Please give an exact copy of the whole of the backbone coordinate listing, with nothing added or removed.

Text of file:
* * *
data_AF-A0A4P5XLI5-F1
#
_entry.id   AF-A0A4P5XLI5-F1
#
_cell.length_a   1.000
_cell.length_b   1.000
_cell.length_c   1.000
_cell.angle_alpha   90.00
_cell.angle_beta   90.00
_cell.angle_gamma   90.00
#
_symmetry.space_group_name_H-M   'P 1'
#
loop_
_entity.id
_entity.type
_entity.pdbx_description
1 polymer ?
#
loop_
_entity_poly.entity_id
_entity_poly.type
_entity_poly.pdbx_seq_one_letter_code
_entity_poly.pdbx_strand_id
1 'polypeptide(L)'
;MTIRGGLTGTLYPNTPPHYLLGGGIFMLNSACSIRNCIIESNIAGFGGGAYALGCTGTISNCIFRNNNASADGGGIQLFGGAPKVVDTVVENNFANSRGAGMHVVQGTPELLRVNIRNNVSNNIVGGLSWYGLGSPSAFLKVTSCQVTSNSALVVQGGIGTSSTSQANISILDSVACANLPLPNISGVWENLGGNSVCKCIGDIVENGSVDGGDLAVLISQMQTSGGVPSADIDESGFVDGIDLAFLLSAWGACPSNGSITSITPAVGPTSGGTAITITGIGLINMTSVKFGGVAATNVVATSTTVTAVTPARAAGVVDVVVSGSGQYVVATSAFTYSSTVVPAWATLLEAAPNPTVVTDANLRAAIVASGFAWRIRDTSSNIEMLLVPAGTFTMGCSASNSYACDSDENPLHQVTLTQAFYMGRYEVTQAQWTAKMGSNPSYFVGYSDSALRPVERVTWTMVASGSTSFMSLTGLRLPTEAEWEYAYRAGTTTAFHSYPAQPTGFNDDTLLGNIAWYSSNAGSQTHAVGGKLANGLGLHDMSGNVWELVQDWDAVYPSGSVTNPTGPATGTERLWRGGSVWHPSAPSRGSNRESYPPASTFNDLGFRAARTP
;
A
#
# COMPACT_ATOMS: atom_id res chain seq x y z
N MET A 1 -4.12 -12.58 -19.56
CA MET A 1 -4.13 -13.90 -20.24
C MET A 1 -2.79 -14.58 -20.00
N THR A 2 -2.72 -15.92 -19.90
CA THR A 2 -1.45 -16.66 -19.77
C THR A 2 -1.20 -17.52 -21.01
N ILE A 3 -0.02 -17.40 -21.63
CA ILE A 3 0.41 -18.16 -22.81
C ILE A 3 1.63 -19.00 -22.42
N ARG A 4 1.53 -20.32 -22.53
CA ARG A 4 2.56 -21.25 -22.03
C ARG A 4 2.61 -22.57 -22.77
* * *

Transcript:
data_AF-A0A4P5XLI5-F1
#
_entry.id   AF-A0A4P5XLI5-F1
#
_cell.length_a   1.000
_cell.length_b   1.000
_cell.length_c   1.000
_cell.angle_alpha   90.00
_cell.angle_beta   90.00
_cell.angle_gamma   90.00
#
_symmetry.space_group_name_H-M   'P 1'
#
loop_
_entity.id
_entity.type
_entity.pdbx_description
1 polymer ?
#
loop_
_entity_poly.entity_id
_entity_poly.type
_entity_poly.pdbx_seq_one_letter_code
_entity_poly.pdbx_strand_id
1 'polypeptide(L)'
;MTIRGGLTGTLYPNTPPHYLLGGGIFMLNSACSIRNCIIESNIAGFGGGAYALGCTGTISNCIFRNNNASADGGGIQLFGGAPKVVDTVVENNFANSRGAGMHVVQGTPELLRVNIRNNVSNNIVGGLSWYGLGSPSAFLKVTSCQVTSNSALVVQGGIGTSSTSQANISILDSVACANLPLPNISGVWENLGGNSVCKCIGDIVENGSVDGGDLAVLISQMQTSGGVPSADIDESGFVDGIDLAFLLSAWGACPSNGSITSITPAVGPTSGGTAITITGIGLINMTSVKFGGVAATNVVATSTTVTAVTPARAAGVVDVVVSGSGQYVVATSAFTYSSTVVPAWATLLEAAPNPTVVTDANLRAAIVASGFAWRIRDTSSNIEMLLVPAGTFTMGCSASNSYACDSDENPLHQVTLTQAFYMGRYEVTQAQWTAKMGSNPSYFVGYSDSALRPVERVTWTMVASGSTSFMSLTGLRLPTEAEWEYAYRAGTTTAFHSYPAQPTGFNDDTLLGNIAWYSSNAGSQTHAVGGKLANGLGLHDMSGNVWELVQDWDAVYPSGSVTNPTGPATGTERLWRGGSVWHPSAPSRGSNRESYPPASTFNDLGFRAARTP
;
A
#
# COMPACT_ATOMS: atom_id res chain seq x y z
N MET A 1 -4.12 -12.58 -19.56
CA MET A 1 -4.13 -13.90 -20.24
C MET A 1 -2.79 -14.58 -20.00
N THR A 2 -2.72 -15.92 -19.90
CA THR A 2 -1.45 -16.66 -19.77
C THR A 2 -1.20 -17.52 -21.01
N ILE A 3 -0.02 -17.40 -21.63
CA ILE A 3 0.41 -18.16 -22.81
C ILE A 3 1.63 -19.00 -22.42
N ARG A 4 1.53 -20.32 -22.53
CA ARG A 4 2.56 -21.25 -22.03
C ARG A 4 2.61 -22.57 -22.77